WASTE, a Dutch notfor-profit company, together with Indian partners, FINISH Society & Rural Development Organization (RDO) Trust, demonstrated how a circular economy in sanitation can aid climatesensitive regions while bringing better sanitation and a nourishing crop yield. The circular model helps the area complete the circle of recycling faecal matter and organic solid waste into usable nutrient-enhanced fertiliser. Additionally, they are also separately innovating with greywater recycling, in which the treated greywater is used for irrigating crops.

The greywater treatment project in the Nilgiri district of Tamil Nadu is called Securing Water For Food (SWFF). It has treated kitchen and bathroom water waste to recycle and release it to 25,000 acres of farmland in the Badaga community-dominated area of the Nilgiris. The farm produce from this US AID-funded project has shown a 15 percent increase in yield.

WASTE business developer (circular economy in sanitation) Priska Prasetya said, “Too often, the lack of faecal sludge treatment services results in private faecal sludge collectors disposing faecal sludge into the open environment (e.g. water bodies, land, jungle) at an extraordinary cost to public and environmental health.” She has collaborated with RDO Trust project manager Rajkumar Sampath, who works on-site from the Nilgiris. The two were handpicked to be among the 1,200 entrepreneurs at the recently concluded ninth annual GES, sponsored by the US State Department and the Dutch government.

Our circular economy model in sanitation for agriculture in the Nilgiris has a holistic approach that deals with the sourcing of waste, production of agricultural input by women in cooperatives and we work closely with the Indian government,” Prasetya said. “Additionally, the team is establishing a market-link for farmers who purchase the co-compost to avoid middlemen, and also a financial mechanism to support the sustainability of the model,” she added.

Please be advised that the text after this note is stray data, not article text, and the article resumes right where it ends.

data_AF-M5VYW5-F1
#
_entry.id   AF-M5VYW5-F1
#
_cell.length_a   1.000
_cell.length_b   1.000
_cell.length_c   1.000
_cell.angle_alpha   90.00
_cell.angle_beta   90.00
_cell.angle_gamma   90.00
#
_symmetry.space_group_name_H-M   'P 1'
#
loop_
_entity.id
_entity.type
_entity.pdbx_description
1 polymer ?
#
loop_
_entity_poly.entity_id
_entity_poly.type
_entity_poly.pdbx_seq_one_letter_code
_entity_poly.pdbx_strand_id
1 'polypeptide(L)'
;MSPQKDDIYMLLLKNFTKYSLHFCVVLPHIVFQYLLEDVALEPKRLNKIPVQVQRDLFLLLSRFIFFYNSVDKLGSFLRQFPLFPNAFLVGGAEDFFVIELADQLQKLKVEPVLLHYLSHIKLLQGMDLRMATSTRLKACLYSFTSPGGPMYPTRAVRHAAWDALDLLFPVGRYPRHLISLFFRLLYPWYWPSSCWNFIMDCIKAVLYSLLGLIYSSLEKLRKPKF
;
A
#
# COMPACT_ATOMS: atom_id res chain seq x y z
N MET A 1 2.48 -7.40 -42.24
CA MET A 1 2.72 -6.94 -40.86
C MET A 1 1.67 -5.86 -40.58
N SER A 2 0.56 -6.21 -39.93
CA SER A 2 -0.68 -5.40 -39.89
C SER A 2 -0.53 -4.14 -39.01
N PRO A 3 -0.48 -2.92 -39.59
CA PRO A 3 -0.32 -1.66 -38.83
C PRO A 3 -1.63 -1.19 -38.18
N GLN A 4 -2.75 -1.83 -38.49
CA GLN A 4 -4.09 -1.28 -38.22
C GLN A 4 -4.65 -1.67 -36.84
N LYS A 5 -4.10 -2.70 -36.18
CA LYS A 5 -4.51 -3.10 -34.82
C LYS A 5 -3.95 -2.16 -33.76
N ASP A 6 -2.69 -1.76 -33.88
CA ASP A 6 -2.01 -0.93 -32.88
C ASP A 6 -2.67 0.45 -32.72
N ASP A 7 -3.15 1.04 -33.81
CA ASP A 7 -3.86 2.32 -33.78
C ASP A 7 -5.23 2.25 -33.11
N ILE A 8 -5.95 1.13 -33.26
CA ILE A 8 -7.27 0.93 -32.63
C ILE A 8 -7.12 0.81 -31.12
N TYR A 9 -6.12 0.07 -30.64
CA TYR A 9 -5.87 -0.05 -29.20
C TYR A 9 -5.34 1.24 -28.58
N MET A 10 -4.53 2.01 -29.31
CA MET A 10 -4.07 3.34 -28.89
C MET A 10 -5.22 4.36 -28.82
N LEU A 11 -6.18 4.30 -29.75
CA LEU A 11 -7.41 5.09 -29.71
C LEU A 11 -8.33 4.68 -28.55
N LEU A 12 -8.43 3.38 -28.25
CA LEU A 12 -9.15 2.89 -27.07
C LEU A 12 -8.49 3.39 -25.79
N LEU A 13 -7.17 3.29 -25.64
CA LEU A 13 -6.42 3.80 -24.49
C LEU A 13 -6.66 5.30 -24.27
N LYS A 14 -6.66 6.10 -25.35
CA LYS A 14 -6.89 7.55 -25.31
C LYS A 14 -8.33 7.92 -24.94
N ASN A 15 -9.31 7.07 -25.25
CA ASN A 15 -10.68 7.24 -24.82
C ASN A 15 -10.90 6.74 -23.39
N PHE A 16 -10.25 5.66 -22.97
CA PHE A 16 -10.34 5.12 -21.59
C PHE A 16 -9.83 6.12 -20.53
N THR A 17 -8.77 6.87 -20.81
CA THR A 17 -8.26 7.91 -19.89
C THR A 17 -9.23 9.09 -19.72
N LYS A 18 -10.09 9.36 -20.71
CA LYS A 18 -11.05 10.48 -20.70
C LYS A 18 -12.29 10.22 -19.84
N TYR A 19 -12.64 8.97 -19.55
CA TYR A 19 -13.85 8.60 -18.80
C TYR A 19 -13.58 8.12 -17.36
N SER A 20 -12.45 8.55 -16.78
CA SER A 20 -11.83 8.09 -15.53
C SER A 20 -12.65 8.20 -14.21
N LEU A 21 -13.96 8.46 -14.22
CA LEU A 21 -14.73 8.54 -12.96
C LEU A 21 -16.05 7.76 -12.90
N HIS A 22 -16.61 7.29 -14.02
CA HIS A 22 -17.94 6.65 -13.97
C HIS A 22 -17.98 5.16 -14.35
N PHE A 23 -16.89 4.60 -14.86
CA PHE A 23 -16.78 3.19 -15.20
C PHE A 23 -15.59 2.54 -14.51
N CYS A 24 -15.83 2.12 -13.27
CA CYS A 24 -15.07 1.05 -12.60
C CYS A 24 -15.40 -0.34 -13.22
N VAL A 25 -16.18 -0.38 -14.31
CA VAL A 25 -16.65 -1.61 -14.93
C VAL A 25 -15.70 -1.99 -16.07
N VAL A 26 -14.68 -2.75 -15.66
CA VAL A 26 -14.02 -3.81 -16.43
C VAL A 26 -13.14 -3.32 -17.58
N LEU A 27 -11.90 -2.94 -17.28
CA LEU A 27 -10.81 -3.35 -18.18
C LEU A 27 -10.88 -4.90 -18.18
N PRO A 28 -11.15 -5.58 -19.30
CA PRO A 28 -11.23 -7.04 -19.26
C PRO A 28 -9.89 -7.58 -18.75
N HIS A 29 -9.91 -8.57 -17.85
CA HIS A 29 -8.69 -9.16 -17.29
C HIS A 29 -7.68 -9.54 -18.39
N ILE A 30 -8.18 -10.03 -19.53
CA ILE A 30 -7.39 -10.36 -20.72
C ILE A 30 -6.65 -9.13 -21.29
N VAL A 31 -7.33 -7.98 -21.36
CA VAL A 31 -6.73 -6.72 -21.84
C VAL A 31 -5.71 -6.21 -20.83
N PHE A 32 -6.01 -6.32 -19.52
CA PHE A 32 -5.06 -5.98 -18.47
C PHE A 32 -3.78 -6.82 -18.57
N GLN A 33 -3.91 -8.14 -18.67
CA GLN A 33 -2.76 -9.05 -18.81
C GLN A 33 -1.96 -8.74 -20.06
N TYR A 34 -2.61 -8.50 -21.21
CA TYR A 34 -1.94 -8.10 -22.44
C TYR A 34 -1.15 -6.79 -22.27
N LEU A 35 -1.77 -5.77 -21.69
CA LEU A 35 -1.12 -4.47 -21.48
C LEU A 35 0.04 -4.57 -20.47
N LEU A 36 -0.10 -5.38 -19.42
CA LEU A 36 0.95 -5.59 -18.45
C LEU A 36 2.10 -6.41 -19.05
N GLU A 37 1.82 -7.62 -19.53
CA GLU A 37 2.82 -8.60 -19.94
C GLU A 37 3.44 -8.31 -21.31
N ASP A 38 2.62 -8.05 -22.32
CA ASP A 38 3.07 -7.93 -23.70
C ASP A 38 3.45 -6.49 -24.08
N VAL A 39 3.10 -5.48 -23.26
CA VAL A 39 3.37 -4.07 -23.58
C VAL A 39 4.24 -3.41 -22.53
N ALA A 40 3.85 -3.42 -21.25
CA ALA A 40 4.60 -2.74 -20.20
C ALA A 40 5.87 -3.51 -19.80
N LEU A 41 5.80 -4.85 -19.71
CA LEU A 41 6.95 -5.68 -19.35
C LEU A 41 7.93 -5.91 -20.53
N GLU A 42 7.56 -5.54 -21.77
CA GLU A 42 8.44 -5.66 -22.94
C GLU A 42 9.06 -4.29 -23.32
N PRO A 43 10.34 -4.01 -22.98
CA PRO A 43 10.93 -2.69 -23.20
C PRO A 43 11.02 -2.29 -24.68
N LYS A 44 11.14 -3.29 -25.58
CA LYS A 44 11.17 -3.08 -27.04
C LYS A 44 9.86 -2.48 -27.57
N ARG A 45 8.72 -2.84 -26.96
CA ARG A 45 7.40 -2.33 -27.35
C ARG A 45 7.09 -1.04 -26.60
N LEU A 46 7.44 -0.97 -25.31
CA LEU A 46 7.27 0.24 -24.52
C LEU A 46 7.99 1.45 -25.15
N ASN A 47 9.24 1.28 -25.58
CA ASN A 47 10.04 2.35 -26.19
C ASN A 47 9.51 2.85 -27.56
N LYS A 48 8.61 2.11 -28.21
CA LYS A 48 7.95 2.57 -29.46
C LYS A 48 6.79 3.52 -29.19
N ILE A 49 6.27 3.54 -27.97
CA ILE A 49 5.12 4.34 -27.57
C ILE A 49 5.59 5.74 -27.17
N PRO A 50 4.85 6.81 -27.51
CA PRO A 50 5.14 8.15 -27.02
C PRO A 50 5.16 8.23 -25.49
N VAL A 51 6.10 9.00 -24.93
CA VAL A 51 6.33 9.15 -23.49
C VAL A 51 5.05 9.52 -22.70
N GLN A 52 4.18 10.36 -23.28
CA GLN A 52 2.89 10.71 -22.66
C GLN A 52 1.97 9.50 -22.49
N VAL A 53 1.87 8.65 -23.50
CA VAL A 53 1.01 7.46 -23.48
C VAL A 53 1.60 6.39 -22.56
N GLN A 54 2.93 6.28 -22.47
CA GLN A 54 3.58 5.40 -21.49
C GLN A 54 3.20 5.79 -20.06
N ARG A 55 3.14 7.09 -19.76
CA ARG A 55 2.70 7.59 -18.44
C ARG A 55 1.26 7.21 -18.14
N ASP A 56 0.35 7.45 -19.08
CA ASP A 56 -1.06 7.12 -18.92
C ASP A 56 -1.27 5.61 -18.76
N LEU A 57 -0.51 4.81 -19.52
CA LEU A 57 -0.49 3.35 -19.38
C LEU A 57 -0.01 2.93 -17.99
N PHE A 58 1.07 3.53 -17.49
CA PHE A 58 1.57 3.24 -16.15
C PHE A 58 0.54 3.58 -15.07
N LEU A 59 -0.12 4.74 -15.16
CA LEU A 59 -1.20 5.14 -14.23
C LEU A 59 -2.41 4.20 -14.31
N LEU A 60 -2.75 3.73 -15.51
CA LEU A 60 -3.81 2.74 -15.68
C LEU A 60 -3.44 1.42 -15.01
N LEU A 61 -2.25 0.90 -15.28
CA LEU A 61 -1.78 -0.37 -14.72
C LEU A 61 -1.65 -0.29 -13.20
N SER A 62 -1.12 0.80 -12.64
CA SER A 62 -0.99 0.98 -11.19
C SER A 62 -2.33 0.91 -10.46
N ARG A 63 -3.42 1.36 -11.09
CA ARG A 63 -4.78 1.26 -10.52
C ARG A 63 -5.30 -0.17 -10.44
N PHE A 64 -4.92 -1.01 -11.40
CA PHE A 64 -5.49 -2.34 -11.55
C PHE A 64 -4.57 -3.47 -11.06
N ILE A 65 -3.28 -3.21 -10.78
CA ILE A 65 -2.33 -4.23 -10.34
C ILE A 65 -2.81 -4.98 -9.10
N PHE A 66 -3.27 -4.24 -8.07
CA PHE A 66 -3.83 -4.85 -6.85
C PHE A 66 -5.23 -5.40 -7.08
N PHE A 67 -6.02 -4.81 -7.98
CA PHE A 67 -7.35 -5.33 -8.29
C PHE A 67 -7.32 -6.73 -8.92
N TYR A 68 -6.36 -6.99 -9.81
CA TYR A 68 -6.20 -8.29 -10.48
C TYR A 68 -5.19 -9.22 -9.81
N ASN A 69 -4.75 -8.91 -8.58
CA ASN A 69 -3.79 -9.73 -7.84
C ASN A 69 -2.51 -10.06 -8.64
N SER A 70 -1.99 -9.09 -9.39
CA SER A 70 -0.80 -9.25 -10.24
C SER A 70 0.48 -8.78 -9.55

The circular economy model in sanitation for agriculture in the Nilgiris has been recognised by the Indian government for its ability to be replicated and its scalability. “For this reason, we believe our innovation has a good chance of receiving additional investment for use across India,” Prasetya said.

Agriculture was suffering in Tamil Nadu due to the over-application of chemical fertilisers and limited water availability for 4-6 months due to climate change.

Horticulture is especially important to the region since it is one of the most visited tourist areas of India, and good soil is needed to provide the kinds of vegetation to meet demand.

Faecal sludge treatment and reuse can offer immense and scalable opportunities for business development and employment creation by entrepreneurs on the ground by transforming waste into low-carbon assets (co-compost) for soil application in agriculture.

FINISH Society, is a Dutch-promoted, Lucknow-based NGO which been working in the sanitation and water recycling space for the past nine years. It was recently in the news for facilitating the construction of I million toilets in India. Based on the experience gained in India and Kenya, FINISH Society has embarked on a six-nation circular economy intervention that includes India, Bangladesh, Ethiopia, Kenya, Tanzania & Uganda. The global initiative is called the Finish Mondial program.


Source: Hindustan Times (Lucknow)
Publication date: 22 Jun 2019
Author: CHANDER MAHADEV (The author is a former journalist)

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